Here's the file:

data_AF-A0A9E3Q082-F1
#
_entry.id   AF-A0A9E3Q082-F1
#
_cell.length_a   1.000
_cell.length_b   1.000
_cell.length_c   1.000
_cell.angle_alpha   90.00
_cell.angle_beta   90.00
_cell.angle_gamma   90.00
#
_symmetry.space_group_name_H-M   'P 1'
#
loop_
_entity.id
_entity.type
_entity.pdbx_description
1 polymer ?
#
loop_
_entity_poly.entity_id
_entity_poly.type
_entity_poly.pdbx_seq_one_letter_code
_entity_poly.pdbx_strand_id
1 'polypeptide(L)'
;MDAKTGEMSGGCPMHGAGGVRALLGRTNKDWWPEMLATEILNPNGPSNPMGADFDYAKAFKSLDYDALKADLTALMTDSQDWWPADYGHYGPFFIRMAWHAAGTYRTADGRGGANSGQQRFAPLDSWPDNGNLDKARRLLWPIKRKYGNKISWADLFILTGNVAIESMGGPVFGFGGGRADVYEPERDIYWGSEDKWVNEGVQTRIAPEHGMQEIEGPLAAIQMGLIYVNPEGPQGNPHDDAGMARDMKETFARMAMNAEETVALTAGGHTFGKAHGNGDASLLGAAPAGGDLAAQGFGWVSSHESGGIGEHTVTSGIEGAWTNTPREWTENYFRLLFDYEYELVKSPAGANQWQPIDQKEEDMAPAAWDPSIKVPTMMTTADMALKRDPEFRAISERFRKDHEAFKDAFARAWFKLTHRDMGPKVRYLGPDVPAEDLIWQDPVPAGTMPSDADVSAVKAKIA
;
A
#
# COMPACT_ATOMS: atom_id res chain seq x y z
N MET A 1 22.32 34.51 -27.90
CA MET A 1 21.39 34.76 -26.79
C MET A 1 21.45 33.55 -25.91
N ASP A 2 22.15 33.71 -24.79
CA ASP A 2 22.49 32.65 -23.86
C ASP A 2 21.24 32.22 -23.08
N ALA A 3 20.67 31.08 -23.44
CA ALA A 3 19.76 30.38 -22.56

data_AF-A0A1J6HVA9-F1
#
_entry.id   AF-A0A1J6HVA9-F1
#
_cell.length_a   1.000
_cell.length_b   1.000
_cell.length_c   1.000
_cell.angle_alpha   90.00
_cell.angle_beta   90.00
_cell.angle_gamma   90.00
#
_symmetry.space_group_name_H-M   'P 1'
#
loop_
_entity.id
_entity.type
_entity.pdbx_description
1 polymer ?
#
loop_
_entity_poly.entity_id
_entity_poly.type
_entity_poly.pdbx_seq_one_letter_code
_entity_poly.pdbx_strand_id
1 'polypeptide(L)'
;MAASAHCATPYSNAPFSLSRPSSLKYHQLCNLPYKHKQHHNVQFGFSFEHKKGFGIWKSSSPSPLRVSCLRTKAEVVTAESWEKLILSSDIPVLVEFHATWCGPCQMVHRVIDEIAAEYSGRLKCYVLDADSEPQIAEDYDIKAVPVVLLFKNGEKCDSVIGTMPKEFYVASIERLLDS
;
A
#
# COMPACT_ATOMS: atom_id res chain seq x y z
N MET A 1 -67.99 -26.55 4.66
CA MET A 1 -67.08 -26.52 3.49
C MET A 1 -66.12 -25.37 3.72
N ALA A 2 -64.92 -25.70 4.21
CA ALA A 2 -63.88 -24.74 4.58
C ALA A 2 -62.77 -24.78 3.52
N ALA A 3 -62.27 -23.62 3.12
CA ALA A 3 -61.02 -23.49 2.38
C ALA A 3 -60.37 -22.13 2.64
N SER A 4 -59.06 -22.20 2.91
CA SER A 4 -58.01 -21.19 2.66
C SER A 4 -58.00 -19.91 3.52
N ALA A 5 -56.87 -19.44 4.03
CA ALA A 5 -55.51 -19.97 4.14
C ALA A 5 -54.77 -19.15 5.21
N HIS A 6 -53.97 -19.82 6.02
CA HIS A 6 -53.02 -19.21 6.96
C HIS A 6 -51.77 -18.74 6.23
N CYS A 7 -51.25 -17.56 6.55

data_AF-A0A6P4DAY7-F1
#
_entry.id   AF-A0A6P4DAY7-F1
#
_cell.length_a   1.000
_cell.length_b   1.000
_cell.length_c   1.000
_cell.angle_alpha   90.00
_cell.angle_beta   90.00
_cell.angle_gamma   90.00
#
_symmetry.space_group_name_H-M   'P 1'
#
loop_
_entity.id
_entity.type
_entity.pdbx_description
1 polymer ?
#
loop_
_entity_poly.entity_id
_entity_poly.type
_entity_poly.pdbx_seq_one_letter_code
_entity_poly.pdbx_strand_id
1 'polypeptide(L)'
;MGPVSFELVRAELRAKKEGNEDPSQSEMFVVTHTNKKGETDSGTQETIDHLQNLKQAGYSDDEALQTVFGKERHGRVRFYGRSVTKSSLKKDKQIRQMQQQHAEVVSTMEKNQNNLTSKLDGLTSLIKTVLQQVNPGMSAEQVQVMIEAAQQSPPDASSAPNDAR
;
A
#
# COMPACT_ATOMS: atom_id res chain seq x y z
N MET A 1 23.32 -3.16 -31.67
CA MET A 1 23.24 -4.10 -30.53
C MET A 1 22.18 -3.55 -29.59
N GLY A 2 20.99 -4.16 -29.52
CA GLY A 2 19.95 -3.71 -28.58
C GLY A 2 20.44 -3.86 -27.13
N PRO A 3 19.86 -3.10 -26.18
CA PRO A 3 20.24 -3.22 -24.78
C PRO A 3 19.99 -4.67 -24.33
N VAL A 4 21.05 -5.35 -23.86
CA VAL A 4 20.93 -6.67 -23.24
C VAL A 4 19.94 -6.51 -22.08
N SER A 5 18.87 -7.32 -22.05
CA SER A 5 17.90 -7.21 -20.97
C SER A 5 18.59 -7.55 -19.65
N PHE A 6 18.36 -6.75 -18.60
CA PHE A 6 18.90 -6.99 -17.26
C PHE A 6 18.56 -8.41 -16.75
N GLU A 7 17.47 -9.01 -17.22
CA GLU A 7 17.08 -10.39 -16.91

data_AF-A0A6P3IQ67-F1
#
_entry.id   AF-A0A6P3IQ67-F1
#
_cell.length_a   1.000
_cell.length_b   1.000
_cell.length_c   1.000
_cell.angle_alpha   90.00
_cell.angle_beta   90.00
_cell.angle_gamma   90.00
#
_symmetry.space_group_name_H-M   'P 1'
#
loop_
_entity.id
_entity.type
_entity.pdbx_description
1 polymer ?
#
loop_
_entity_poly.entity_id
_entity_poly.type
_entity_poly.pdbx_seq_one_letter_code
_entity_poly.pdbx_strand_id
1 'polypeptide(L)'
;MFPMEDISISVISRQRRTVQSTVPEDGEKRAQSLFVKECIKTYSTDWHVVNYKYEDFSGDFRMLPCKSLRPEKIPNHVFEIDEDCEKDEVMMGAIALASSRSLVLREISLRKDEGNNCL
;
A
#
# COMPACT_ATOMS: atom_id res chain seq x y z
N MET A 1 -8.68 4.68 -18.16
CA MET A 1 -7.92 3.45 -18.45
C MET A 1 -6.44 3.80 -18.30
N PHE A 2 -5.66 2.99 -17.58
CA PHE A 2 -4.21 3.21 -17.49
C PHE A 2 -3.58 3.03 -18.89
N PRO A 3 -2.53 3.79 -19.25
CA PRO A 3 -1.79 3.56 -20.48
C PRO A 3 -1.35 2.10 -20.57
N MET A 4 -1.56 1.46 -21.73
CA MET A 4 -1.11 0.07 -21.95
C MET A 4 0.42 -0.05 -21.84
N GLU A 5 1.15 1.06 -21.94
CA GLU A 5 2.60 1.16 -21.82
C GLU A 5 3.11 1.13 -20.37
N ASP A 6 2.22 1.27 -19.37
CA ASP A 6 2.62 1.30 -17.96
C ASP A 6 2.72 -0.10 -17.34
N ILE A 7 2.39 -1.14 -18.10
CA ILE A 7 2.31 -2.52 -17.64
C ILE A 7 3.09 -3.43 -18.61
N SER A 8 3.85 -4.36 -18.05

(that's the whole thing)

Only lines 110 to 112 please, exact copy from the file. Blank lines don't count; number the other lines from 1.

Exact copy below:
_entity_poly.pdbx_seq_one_letter_code
_entity_poly.pdbx_strand_id
1 'polypeptide(L)'